A particular fear has grown significantly in the last couple of years, especially among the major carriers and numerous authorities.
The fear stems from the global sulfur directive and the requirement for a 0.50 percent sulfur cap in fuel, starting Jan. 1 2020, for all ships around the world – and the basis for this fear is distorted competition.
Carriers could gain a major edge by not complying with the sulfur regulations, for instance, in saving on the costs related to using the proper fuel, and this is what association Danish Shipping as well as many of the top international carriers fear.
But I do have misgivings about the fact that many parties are working from a theory that anyone and everyone will cheat on these rules.
But the fear of cheating is exaggerated and, in fact, constitutes a severe casting of suspicion on competitors, says Niels Bjørn Mortensen, who has an extensive background in the sector, including serving as Director of Regulatory Affairs at Maersk Maritime Technology and as former head of Bimco's maritime division. At Maersk he was among those citing sulfur directive cheating as a significant problem.
"There will no doubt be some who will try to circumvent the rules in light of the large sums at play," he says in an interview with ShippingWatch:
"It's clear that being able to cheat and gain a competitive edge is inconvenient, but I think it's a waste of resources to keep focusing unilaterally on ensuring the requirements are met due to competition. One risks spending a lot of resources chasing a ghost that might not even exist."
The IMO as well as organizations such as Trident Alliance, whose members include a long list of international carriers, for instance DFDS, Maersk Line, Stena, Norden and Eagle Bulk, are working hard to prevent cheating and ensure compliance with the directive.
"It's of course important that the IMO, EU and other forums develop tools to identify the vessels that fail to comply with the regulations. This is the first step to preventing this kind of cheating. But I do have misgivings about the fact that many parties are working from a theory that anyone and everyone will cheat on these rules. I'm sure that won't be the case, and I generally think it's crude to directly or indirectly accuse one's competitors of something like that," says Mortensen.
Where will the cheating occur?
It has been clear for a long time that cheating pays, as the price difference between heavy fuel and 0.50 percent sulfur fuel is significant. Bunker association IBIA recently calculated that it expects the price gap between a ton of heavy fuel and a ton of low sulfur fuel to be somewhere around USD 150 to USD 400 by 2020.
The biggest of the world's tanker and dry bulk vessels use between 50 and 75 ton fuel per 24 hours, while container ships and passenger ships can use significantly more. So there are huge sums to be saved by circumventing the rules.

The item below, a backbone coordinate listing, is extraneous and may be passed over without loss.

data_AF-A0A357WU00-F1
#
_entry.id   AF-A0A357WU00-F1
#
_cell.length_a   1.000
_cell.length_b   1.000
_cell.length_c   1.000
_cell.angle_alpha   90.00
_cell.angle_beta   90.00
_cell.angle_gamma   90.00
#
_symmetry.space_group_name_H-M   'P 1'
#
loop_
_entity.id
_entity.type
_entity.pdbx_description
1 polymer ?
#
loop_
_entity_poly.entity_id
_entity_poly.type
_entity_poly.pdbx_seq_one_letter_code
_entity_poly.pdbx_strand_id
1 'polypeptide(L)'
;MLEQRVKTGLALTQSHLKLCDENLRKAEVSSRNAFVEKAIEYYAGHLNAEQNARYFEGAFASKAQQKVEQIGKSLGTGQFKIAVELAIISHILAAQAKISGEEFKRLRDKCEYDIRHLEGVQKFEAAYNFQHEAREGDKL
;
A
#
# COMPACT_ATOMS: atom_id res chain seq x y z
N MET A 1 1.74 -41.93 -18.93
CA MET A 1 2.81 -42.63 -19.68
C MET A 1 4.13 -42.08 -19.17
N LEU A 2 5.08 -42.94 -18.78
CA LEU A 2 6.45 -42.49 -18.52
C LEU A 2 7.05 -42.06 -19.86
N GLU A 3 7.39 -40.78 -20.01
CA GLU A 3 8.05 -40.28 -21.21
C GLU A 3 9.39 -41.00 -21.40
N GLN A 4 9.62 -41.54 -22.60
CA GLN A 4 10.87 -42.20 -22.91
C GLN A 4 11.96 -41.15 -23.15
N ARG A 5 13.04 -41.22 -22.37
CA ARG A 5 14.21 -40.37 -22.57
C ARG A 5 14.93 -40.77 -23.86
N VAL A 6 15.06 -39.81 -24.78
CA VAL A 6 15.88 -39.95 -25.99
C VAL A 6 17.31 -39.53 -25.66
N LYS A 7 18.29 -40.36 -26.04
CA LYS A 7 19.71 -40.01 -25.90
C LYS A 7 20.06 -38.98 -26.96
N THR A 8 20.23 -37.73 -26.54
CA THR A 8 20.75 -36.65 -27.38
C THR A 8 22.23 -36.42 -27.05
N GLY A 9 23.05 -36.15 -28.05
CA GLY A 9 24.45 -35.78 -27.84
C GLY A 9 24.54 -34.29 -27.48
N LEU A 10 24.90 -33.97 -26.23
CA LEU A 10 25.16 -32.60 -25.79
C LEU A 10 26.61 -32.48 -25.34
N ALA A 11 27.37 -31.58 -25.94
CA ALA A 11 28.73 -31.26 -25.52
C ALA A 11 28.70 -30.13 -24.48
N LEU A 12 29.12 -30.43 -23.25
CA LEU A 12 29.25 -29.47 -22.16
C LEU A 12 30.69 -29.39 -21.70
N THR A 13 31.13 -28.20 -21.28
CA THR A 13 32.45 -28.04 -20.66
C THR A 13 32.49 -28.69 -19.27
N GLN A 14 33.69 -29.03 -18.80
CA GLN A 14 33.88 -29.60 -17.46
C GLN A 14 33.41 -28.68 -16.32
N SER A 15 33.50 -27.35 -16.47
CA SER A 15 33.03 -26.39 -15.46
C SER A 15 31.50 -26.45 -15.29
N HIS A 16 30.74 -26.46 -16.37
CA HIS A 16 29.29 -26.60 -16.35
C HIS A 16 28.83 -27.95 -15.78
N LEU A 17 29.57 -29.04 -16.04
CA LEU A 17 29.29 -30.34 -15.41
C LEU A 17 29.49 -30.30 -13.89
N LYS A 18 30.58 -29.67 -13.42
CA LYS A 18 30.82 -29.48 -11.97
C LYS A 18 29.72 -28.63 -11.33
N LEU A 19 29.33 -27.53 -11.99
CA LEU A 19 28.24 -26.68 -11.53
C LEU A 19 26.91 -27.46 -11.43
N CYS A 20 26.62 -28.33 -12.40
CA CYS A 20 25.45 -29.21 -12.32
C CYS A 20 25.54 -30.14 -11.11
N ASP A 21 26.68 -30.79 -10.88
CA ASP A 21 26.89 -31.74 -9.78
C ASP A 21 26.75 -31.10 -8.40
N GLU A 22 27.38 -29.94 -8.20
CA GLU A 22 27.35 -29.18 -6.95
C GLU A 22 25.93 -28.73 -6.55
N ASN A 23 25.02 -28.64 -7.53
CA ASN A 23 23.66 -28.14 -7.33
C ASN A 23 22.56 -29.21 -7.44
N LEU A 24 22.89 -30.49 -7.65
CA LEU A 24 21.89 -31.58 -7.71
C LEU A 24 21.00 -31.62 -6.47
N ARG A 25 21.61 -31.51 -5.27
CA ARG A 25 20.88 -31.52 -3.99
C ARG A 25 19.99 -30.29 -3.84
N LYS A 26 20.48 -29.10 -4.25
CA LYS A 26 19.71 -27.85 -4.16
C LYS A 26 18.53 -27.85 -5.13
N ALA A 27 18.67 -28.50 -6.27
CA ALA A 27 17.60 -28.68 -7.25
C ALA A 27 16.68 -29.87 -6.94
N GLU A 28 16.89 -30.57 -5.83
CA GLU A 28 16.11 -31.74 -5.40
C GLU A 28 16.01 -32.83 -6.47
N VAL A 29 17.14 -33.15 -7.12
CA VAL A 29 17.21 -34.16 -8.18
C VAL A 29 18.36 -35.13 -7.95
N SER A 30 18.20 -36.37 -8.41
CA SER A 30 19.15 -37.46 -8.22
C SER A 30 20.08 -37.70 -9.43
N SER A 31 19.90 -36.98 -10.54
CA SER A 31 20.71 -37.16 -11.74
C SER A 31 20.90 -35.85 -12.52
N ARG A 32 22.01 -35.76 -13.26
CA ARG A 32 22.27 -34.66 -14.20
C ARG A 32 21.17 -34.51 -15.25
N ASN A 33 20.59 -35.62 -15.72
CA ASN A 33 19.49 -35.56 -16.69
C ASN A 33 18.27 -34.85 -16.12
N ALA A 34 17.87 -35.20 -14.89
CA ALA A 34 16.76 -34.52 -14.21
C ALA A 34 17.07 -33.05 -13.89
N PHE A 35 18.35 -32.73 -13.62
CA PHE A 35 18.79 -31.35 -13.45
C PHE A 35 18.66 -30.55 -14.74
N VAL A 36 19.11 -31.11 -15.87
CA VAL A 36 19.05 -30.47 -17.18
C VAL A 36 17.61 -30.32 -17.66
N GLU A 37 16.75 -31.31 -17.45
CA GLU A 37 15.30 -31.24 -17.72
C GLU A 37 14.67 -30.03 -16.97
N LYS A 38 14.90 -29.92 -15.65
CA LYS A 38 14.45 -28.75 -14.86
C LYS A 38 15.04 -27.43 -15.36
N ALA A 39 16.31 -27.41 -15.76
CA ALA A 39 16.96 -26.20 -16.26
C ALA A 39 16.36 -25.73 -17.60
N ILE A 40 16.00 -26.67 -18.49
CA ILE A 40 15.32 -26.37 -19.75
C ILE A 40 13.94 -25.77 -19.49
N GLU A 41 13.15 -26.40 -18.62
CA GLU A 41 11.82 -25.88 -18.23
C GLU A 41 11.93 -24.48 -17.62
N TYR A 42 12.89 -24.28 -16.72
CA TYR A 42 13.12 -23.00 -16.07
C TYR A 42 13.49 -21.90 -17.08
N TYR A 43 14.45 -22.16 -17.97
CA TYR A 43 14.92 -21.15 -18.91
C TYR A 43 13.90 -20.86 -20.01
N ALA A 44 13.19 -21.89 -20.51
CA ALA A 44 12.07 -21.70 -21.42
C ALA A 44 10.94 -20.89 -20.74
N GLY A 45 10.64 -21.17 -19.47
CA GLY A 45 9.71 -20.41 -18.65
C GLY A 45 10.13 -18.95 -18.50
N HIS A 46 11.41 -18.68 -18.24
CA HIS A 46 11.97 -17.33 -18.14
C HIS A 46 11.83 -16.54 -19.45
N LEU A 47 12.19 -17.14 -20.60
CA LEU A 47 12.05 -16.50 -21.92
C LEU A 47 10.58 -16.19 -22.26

But there will likely not be that many who choose to circumvent the rules, says Mortensen. And among those who do, there will be a difference between the nature of the cheating.
He notes that an obvious example of cheating will be a setup in which a ship's crew know one or more bunker traders. The ship needs to bunker 1,000 tons oil, and all the paperwork, including the bunker delivery note and the invoice to the carrier, indicate that the right volume of oil has been tanked, for instance at USD 500 per ton.
In reality, the ship has tanked heavy fuel at USD 300 per ton, and the USD 200,000 saved are then split between the ship and its bunker supplier according to a prearranged scheme.
"This is clearly cheating on the rules and something the authorities need to act on if they discover it. But this scenario, which will happen without the carrier's knowledge or involvement, will not distort competition, as the savings don't benefit the carrier, but will instead make a handful of ship officers extremely rich very quickly," says Mortensen, explaining the cheating that will distort competition:
"For the cheating to actually distort competition, it will have to be initiated at the top levels of the carrier, meaning that the executives will have to decide to not comply with the rules, and then to execute this decision all the way down through the carrier's command chain. In a setup like this, one must expect that everyone wants a small piece of the pie. The overall risk would be that just one of the participants, who get cold feet or is displeased with his or her share of the pie, turns whistleblower and thus puts an end to the cheating, which could also result in fines and negative press."
Mortensen does not see this kind of executive-level orchestrated fraud as likely. Rather, he points out that it could perhaps happen at smaller family-operated carriers with small fleets, or in the so-called "gray" oil market, namely in the interplay between carriers and bunker suppliers, which are not among the major established players in the market.
English Edit: Daniel Logan Berg-Munch